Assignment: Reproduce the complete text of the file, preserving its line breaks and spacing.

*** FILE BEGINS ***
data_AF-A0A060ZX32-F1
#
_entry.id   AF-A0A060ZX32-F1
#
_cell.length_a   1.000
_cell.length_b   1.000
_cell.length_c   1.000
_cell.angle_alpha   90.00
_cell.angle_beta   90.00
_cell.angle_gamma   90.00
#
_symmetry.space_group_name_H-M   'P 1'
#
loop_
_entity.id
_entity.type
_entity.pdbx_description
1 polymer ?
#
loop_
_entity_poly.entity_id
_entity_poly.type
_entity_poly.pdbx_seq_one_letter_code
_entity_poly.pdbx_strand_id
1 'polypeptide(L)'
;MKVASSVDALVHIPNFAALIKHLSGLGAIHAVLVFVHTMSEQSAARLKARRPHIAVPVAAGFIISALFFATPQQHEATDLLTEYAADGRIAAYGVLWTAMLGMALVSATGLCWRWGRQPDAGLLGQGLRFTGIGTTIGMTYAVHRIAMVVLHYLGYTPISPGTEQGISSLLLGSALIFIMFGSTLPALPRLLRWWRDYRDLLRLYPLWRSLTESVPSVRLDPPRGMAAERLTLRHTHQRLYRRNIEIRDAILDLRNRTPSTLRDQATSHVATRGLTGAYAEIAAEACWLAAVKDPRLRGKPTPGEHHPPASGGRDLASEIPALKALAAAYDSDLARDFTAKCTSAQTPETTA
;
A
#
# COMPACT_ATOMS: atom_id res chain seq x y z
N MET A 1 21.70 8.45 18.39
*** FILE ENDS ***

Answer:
data_AF-A0A060ZX32-F1
#
_entry.id   AF-A0A060ZX32-F1
#
_cell.length_a   1.000
_cell.length_b   1.000
_cell.length_c   1.000
_cell.angle_alpha   90.00
_cell.angle_beta   90.00
_cell.angle_gamma   90.00
#
_symmetry.space_group_name_H-M   'P 1'
#
loop_
_entity.id
_entity.type
_entity.pdbx_description
1 polymer ?
#
loop_
_entity_poly.entity_id
_entity_poly.type
_entity_poly.pdbx_seq_one_letter_code
_entity_poly.pdbx_strand_id
1 'polypeptide(L)'
;MKVASSVDALVHIPNFAALIKHLSGLGAIHAVLVFVHTMSEQSAARLKARRPHIAVPVAAGFIISALFFATPQQHEATDLLTEYAADGRIAAYGVLWTAMLGMALVSATGLCWRWGRQPDAGLLGQGLRFTGIGTTIGMTYAVHRIAMVVLHYLGYTPISPGTEQGISSLLLGSALIFIMFGSTLPALPRLLRWWRDYRDLLRLYPLWRSLTESVPSVRLDPPRGMAAERLTLRHTHQRLYRRNIEIRDAILDLRNRTPSTLRDQATSHVATRGLTGAYAEIAAEACWLAAVKDPRLRGKPTPGEHHPPASGGRDLASEIPALKALAAAYDSDLARDFTAKCTSAQTPETTA
;
A
#
# COMPACT_ATOMS: atom_id res chain seq x y z
N MET A 1 21.70 8.45 18.39